Robin Williams’ Alcohol Use and Depression
Robin Williams’ alcohol use, depression, and recent death has sparked fears and curiosities about the link between depression and alcohol abuse in general.
According to the WebMD, research is currently split on the issue as to whether clinical depression leads to alcohol abuse or if alcohol abuse causes depression or both. What is known for sure is that alcohol has a very calming effect within the brain and that is why people are likely to turn to it when stressed. According to a recent study conducted by the National Institute on Alcohol Abuse and Alcoholism, nearly one-third of those who struggle with depression of some kind have a tendency to abuse alcohol. It has also been shown that children with tendencies to clinical depression are more likely to develop alcoholism in their teens.
It is not known exactly when Robin Williams’ alcohol use first started but according to Wikipedia, during his childhood, he was bullied constantly and his parents were gone much of the time leaving him and his siblings in the care of their maids. That being said, it’s very possible that Robin Williams’ depression stemmed from that time.
What we do know is about his relapse into alcoholism after having been sober for twenty years. He was very open about it and famously said,
“’One day I walked into a store and saw a little bottle of Jack Daniel’s. And then that voice – I call it the “lower power” – goes, “Hey. Just a taste. Just one.” I drank it, and there was that brief moment of “Oh, I’m okay!” But it escalated so quickly. Within a week I was buying so many bottles I sounded like a wind chime walking down the street. I knew it was really bad one Thanksgiving when I was so drunk they had to take me upstairs.” (www.dailymail.co.uk)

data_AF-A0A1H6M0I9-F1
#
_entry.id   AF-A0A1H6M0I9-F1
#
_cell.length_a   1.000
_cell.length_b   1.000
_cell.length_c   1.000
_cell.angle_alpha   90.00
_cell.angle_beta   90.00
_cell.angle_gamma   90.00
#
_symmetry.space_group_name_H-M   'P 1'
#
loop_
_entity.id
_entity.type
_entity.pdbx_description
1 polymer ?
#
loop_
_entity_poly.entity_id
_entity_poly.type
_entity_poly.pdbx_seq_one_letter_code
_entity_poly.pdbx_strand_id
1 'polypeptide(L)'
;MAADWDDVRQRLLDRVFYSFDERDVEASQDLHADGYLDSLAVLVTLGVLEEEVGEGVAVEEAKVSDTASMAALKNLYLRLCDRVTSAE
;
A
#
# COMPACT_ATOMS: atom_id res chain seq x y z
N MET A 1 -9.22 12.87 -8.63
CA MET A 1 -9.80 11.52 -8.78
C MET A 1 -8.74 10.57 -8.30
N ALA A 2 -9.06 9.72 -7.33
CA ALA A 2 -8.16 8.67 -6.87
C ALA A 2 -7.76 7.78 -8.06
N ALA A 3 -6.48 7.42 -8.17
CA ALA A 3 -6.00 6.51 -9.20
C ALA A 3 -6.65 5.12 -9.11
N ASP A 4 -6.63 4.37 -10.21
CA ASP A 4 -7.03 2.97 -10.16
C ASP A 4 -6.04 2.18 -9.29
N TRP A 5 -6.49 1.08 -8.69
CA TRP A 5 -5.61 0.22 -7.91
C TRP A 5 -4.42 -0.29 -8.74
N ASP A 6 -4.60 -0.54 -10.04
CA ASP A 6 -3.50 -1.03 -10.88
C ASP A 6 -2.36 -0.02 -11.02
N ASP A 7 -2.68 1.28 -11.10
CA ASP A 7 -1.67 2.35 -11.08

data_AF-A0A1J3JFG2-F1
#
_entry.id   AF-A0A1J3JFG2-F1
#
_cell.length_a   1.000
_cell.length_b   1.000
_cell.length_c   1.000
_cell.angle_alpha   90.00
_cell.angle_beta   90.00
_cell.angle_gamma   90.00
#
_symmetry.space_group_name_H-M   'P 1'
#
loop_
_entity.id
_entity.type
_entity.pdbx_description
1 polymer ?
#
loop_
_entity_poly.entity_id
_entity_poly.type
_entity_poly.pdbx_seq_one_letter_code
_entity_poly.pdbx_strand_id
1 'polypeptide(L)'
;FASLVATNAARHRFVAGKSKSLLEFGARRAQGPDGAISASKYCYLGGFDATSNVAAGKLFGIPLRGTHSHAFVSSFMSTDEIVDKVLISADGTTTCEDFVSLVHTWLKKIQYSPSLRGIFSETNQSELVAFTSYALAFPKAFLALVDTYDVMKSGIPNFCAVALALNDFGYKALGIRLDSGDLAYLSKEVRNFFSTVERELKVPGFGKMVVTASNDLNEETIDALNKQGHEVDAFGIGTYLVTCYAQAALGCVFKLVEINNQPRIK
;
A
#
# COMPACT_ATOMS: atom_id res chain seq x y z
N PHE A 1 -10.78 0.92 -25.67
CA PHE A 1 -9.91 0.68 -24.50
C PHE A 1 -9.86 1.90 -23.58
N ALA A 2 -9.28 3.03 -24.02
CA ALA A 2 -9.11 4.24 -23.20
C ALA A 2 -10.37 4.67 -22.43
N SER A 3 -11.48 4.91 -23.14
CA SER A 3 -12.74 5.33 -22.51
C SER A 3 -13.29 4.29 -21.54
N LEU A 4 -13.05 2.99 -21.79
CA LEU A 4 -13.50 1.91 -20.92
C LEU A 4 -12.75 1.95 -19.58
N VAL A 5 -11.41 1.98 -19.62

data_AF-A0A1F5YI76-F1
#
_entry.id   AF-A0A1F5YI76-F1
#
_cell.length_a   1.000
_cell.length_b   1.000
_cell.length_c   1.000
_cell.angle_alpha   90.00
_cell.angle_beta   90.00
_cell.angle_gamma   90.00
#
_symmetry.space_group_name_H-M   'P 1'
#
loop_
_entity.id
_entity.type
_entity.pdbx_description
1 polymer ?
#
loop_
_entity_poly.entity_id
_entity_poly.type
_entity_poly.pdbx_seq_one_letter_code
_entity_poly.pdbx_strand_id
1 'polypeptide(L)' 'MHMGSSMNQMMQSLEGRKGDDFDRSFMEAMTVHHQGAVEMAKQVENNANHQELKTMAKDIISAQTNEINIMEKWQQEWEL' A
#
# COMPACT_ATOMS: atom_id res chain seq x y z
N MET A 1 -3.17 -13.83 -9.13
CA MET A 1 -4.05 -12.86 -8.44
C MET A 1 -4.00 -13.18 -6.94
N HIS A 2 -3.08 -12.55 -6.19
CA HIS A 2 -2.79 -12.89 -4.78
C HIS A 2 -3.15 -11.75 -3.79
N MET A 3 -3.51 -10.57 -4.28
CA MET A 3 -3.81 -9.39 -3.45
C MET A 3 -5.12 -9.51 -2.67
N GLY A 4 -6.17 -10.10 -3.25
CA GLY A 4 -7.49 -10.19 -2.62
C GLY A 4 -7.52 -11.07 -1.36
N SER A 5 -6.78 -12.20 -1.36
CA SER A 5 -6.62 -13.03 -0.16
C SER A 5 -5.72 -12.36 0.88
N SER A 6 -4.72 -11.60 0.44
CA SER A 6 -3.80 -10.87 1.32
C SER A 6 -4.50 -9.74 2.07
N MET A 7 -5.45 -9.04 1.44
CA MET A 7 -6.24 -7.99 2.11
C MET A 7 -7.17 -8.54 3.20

Robin Williams’ Drug Use
It is not known exactly how Robin Williams’ drug use with cocaine began. According to the WebMd, cocaine is known as a drug of choice for many celebrities, models and even Wall Street traders. Cocaine has immediate results with its quick entrance into the blood stream and journey to the brain. It temporarily blocks the action of many neurotransmitters (including serotonin) and prevents them from being re- immersed, which is the main cause of that temporary high. The effects wear off after 30 minutes to two hours.
As for Robin Williams’ drug use, he was likely introduced to cocaine after making it into Hollywood. According to Wikipedia, he went above expectation in Juiliard by his junior year there so his instructor went ahead and advised him to go ahead and get out into the world. With his tendency to clinical depression, he likely fell into the trap of always having to have that euphoric high. Cocaine is also notorious for having numerous negative effects including strokes, heart problems, paranoia and irritability, even while on an acute high. As a result, even though authorities say that it was genetic with him, Robin Williams’ drug use might have been a contributor to his need for open heart surgery in 2009.
Let’s let Robin Williams’ drug use and alcohol use be a reinforcing lesson to us all to be at least very cautious with both.